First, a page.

Article Title



Lauren Hopps, Abby R. Fleming, Tiffany Adams, Jordan Saliba, Lee J. Winchester. University of Alabama, Tuscaloosa, AL.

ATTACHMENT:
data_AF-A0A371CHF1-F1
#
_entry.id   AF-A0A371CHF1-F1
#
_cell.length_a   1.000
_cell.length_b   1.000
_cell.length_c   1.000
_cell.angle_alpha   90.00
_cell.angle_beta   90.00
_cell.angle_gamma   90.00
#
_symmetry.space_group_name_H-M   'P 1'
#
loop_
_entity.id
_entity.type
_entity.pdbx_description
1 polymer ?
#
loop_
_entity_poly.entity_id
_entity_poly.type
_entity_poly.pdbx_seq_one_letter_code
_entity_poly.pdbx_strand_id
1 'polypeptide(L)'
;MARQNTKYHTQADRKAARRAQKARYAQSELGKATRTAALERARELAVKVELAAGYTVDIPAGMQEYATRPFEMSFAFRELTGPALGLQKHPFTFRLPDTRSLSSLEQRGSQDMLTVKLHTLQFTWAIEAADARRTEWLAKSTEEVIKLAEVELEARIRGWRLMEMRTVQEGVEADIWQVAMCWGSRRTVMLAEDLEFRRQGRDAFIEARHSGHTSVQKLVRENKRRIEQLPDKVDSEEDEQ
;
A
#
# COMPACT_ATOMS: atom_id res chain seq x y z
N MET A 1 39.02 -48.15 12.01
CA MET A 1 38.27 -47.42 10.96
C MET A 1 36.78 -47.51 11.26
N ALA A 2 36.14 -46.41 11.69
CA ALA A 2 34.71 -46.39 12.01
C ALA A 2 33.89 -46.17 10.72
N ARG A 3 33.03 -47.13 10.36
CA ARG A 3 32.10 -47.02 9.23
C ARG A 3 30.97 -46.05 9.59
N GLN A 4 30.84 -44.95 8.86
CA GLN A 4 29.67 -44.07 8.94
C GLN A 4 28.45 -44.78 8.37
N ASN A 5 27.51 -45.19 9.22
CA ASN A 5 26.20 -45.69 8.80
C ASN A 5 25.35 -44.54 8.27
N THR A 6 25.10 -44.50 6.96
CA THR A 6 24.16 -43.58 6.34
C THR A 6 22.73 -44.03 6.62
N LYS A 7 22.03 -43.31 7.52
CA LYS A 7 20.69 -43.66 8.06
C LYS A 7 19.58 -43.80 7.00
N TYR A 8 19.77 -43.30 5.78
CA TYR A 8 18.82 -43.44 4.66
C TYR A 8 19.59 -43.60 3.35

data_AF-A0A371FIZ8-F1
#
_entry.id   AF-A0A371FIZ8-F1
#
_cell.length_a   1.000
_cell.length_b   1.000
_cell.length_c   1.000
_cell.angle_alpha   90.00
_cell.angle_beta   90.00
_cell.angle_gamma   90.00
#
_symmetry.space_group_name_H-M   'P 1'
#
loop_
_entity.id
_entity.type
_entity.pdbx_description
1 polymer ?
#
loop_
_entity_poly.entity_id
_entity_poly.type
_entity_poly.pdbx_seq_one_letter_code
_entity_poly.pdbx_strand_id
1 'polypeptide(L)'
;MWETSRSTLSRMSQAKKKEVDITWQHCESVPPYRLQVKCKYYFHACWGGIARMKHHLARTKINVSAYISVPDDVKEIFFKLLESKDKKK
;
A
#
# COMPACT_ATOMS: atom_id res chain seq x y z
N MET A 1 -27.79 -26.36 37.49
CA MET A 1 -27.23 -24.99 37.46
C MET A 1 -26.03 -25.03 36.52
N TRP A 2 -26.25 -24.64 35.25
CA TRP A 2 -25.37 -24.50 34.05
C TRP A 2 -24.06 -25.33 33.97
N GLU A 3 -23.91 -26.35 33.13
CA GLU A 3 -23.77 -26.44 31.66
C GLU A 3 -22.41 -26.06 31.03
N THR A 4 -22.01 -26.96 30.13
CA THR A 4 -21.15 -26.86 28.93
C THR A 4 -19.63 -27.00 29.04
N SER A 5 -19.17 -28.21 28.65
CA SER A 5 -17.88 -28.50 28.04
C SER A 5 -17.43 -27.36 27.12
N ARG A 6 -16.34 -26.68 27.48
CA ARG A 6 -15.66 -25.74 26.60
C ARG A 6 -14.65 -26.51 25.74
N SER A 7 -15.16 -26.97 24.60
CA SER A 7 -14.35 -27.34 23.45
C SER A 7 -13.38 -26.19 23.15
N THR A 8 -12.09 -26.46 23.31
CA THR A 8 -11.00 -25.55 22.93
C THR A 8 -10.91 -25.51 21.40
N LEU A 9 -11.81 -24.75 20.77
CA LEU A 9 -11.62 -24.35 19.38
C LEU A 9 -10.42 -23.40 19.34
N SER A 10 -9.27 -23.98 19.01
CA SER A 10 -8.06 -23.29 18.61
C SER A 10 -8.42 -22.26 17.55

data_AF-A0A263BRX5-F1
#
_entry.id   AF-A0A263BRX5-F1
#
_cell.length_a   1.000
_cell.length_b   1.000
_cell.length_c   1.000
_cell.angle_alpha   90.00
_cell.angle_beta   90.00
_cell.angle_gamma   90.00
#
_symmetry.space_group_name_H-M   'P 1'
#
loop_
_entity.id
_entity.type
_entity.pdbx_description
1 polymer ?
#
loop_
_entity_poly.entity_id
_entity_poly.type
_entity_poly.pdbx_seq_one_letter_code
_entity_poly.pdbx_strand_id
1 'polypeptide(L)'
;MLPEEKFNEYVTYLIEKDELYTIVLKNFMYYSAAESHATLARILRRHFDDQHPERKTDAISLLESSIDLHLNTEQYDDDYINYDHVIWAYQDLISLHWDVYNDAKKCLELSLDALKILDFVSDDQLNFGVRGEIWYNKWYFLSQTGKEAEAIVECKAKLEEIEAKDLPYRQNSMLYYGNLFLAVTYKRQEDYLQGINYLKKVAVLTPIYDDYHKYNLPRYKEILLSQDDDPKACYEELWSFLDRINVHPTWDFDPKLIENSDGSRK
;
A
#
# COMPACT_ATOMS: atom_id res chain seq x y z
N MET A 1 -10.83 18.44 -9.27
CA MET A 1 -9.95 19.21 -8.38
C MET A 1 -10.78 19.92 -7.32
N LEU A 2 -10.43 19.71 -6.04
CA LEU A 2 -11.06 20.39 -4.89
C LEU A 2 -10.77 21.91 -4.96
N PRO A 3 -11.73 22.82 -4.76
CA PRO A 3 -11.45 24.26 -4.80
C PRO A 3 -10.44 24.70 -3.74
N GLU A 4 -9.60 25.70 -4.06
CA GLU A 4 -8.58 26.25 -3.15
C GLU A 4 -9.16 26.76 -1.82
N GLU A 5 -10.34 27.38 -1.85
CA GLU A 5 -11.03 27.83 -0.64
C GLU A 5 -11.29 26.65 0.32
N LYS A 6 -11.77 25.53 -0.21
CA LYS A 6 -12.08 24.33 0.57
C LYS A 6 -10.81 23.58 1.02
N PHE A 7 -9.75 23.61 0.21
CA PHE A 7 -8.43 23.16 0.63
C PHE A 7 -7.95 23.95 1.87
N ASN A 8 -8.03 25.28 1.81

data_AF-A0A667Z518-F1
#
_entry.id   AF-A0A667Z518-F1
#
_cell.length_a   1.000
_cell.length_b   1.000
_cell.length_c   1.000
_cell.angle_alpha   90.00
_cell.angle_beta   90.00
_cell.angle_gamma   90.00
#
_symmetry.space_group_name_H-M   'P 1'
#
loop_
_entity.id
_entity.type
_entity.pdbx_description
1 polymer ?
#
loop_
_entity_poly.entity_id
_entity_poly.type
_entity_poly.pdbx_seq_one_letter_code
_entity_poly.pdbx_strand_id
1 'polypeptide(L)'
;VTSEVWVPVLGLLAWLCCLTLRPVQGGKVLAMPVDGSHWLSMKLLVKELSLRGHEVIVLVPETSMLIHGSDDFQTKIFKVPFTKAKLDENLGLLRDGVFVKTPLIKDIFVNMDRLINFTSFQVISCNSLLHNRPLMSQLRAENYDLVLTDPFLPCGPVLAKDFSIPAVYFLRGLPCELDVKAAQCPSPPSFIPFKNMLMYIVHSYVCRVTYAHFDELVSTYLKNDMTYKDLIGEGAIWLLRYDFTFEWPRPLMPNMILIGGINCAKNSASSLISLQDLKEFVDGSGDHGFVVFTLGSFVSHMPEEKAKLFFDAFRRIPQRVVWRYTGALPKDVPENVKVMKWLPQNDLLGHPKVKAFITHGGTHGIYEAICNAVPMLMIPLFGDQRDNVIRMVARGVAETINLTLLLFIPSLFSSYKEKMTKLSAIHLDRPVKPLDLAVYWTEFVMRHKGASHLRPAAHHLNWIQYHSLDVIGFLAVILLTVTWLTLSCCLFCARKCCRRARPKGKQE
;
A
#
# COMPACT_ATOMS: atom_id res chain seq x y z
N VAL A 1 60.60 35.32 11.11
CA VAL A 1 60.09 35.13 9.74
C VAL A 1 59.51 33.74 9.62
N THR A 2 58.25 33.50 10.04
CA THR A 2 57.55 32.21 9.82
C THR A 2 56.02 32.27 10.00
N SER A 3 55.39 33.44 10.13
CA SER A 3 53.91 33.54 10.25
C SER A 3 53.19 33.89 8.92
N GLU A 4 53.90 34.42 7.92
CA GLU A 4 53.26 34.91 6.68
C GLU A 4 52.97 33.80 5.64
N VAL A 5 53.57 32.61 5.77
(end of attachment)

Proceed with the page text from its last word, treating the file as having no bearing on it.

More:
BACKGROUND: The application of blood flow restriction (BFR) during low intensity resistance training has been found to increase muscular strength to a similar extent as high-intensity resistance training. Electrical muscular stimulation in everyday wheelchair users has been found to reverse vascular damage and improve muscle strength resulting from injury or inactivity. Utilizing EMS during BFR in the lower extremities may increase muscle hypertrophy and strength, improve vascular health, and contribute to improved function. The purpose of this study was to compare acute physiological responses to EMS with and without BFR among individuals that primarily use wheelchairs for activities of daily life. METHODS: 10 participants who require daily wheelchair use are being recruited for this study. Individuals meeting the inclusion criteria are participating in 3 randomized experimental sessions: EMS, BFR, and EMS+BFR. Upon arrival, participant anthropometrics are collected and then the participants are seated on a standard hospital bed in an upright position. After 5 minutes of rest, fingerprick lactate and posterior tibial artery ultrasound analysis are assessed. One of 3 treatment conditions are applied for 20 minutes and upon treatment cessation, lactate and arterial analyses are repeated. Repeated measures ANOVA will be used to assess differences between means, with an alpha level of 0.05 set for statistical significance. RESULTS: Preliminary data (n=4) for blood lactate show higher blood lactate post treatment in EMS compared with other groups (EMS pre = 1.05 + 0.22 mmol, post = 4.0 + 1.78 mmol; BFR pre = 0.93 + 0.29 mmol, post = 1.23 + 0.29 mmol; EMS+BFR pre = 1.02 + 0.09 mmol, post = 1.36 + 0.14 mmol). Posterior tibial artery diameter via ultrasonography seems to be similar among all conditions (EMS pre = 0.24 + 0.40 cm, post = 0.25 + 0.05 cm; BFR pre= 0.22 + 0.009 cm, post= 0.21 + 0.007 cm; EMS and BFR pre= 0.21 + 0.003 cm, post= 0.21 + 0.01 cm). Tibial artery volume flow follows a general trend for reduced volume flow after treatment, with BFR and EMS+BFR having the greatest change (EMS pre= 26.58 + 9.28 cc/min, post= 23.80 + 12.15 cc/min; BFR pre= 18.24 + 5.05, post= 14.26 + 5.06 cc/min; EMS and BFR pre= 18.29 + 10.88 cc/min, post = 10.74 + 2.96 cc/min). However, these results are preliminary and have not been statistically analyzed due to a very small sample number.

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